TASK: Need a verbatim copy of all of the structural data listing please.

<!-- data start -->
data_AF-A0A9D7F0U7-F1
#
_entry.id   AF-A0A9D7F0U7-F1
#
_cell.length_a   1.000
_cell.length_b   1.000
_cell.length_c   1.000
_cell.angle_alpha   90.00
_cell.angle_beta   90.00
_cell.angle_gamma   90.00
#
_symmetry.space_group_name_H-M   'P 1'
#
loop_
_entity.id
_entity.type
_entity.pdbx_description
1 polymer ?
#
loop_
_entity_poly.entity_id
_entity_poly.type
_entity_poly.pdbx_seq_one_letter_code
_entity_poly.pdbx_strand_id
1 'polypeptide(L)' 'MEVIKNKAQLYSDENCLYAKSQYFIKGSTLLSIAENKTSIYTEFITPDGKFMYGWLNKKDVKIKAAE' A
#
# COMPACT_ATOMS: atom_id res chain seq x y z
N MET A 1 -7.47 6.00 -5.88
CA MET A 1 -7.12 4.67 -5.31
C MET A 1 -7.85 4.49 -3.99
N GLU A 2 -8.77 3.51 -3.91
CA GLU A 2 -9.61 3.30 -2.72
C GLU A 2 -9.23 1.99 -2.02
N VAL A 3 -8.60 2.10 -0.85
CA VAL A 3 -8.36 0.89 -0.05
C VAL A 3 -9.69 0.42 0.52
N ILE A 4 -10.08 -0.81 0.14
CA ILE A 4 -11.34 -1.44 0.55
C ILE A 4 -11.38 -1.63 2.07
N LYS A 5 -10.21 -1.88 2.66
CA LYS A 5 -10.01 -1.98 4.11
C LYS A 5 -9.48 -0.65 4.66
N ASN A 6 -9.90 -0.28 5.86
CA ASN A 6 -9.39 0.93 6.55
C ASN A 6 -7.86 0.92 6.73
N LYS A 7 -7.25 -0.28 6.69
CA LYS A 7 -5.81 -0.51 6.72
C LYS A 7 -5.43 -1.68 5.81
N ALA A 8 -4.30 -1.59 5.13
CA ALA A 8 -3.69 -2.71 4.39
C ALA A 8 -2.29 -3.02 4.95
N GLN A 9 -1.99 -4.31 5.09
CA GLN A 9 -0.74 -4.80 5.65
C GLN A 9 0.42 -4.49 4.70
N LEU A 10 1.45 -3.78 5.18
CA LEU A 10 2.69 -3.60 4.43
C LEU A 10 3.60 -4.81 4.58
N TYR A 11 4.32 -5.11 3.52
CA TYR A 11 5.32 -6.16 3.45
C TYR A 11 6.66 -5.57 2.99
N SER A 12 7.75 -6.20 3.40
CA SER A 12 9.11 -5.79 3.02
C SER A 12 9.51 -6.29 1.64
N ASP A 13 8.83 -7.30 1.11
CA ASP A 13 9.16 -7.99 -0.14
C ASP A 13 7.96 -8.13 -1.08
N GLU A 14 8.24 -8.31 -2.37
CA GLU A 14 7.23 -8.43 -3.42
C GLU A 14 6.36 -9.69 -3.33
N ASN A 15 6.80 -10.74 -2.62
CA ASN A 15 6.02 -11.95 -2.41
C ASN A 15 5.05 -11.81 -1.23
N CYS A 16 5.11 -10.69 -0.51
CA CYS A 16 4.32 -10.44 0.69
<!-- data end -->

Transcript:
data_AF-A0A9D7F0U7-F1
#
_entry.id   AF-A0A9D7F0U7-F1
#
_cell.length_a   1.000
_cell.length_b   1.000
_cell.length_c   1.000
_cell.angle_alpha   90.00
_cell.angle_beta   90.00
_cell.angle_gamma   90.00
#
_symmetry.space_group_name_H-M   'P 1'
#
loop_
_entity.id
_entity.type
_entity.pdbx_description
1 polymer ?
#
loop_
_entity_poly.entity_id
_entity_poly.type
_entity_poly.pdbx_seq_one_letter_code
_entity_poly.pdbx_strand_id
1 'polypeptide(L)' 'MEVIKNKAQLYSDENCLYAKSQYFIKGSTLLSIAENKTSIYTEFITPDGKFMYGWLNKKDVKIKAAE' A
#
# COMPACT_ATOMS: atom_id res chain seq x y z
N MET A 1 -7.47 6.00 -5.88
CA MET A 1 -7.12 4.67 -5.31
C MET A 1 -7.85 4.49 -3.99
N GLU A 2 -8.77 3.51 -3.91
CA GLU A 2 -9.61 3.30 -2.72
C GLU A 2 -9.23 1.99 -2.02
N VAL A 3 -8.60 2.10 -0.85
CA VAL A 3 -8.36 0.89 -0.05
C VAL A 3 -9.69 0.42 0.52
N ILE A 4 -10.08 -0.81 0.14
CA ILE A 4 -11.34 -1.44 0.55
C ILE A 4 -11.38 -1.63 2.07
N LYS A 5 -10.21 -1.88 2.66
CA LYS A 5 -10.01 -1.98 4.11
C LYS A 5 -9.48 -0.65 4.66
N ASN A 6 -9.90 -0.28 5.86
CA ASN A 6 -9.39 0.93 6.55
C ASN A 6 -7.86 0.92 6.73
N LYS A 7 -7.25 -0.28 6.69
CA LYS A 7 -5.81 -0.51 6.72
C LYS A 7 -5.43 -1.68 5.81
N ALA A 8 -4.30 -1.59 5.13
CA ALA A 8 -3.69 -2.71 4.39
C ALA A 8 -2.29 -3.02 4.95
N GLN A 9 -1.99 -4.31 5.09
CA GLN A 9 -0.74 -4.80 5.65
C GLN A 9 0.42 -4.49 4.70
N LEU A 10 1.45 -3.78 5.18
CA LEU A 10 2.69 -3.60 4.43
C LEU A 10 3.60 -4.81 4.58
N TYR A 11 4.32 -5.11 3.52
CA TYR A 11 5.32 -6.16 3.45
C TYR A 11 6.66 -5.57 2.99
N SER A 12 7.75 -6.20 3.40
CA SER A 12 9.11 -5.79 3.02
C SER A 12 9.51 -6.29 1.64
N ASP A 13 8.83 -7.30 1.11
CA ASP A 13 9.16 -7.99 -0.14
C ASP A 13 7.96 -8.13 -1.08
N GLU A 14 8.24 -8.31 -2.37
CA GLU A 14 7.23 -8.43 -3.42
C GLU A 14 6.36 -9.69 -3.33
N ASN A 15 6.80 -10.74 -2.62
CA ASN A 15 6.02 -11.95 -2.41
C ASN A 15 5.05 -11.81 -1.23
N CYS A 16 5.11 -10.69 -0.51
CA CYS A 16 4.32 -10.44 0.69